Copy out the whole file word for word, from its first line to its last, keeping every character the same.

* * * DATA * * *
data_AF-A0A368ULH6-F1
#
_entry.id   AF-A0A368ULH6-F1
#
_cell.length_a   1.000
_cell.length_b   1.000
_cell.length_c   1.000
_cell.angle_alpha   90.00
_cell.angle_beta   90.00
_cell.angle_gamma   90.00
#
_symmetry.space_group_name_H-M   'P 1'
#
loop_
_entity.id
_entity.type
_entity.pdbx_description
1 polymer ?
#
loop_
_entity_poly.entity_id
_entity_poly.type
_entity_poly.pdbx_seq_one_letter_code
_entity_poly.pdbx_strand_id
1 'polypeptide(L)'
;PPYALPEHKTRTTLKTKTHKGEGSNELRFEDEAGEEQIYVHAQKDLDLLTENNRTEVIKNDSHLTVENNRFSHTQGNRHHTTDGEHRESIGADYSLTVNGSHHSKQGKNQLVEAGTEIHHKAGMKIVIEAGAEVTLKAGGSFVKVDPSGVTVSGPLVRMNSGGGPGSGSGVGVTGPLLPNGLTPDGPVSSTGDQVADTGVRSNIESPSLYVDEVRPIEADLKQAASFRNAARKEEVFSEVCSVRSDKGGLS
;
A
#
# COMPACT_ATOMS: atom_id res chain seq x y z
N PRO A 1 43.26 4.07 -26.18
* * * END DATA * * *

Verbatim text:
data_AF-A0A368ULH6-F1
#
_entry.id   AF-A0A368ULH6-F1
#
_cell.length_a   1.000
_cell.length_b   1.000
_cell.length_c   1.000
_cell.angle_alpha   90.00
_cell.angle_beta   90.00
_cell.angle_gamma   90.00
#
_symmetry.space_group_name_H-M   'P 1'
#
loop_
_entity.id
_entity.type
_entity.pdbx_description
1 polymer ?
#
loop_
_entity_poly.entity_id
_entity_poly.type
_entity_poly.pdbx_seq_one_letter_code
_entity_poly.pdbx_strand_id
1 'polypeptide(L)'
;PPYALPEHKTRTTLKTKTHKGEGSNELRFEDEAGEEQIYVHAQKDLDLLTENNRTEVIKNDSHLTVENNRFSHTQGNRHHTTDGEHRESIGADYSLTVNGSHHSKQGKNQLVEAGTEIHHKAGMKIVIEAGAEVTLKAGGSFVKVDPSGVTVSGPLVRMNSGGGPGSGSGVGVTGPLLPNGLTPDGPVSSTGDQVADTGVRSNIESPSLYVDEVRPIEADLKQAASFRNAARKEEVFSEVCSVRSDKGGLS
;
A
#
# COMPACT_ATOMS: atom_id res chain seq x y z
N PRO A 1 43.26 4.07 -26.18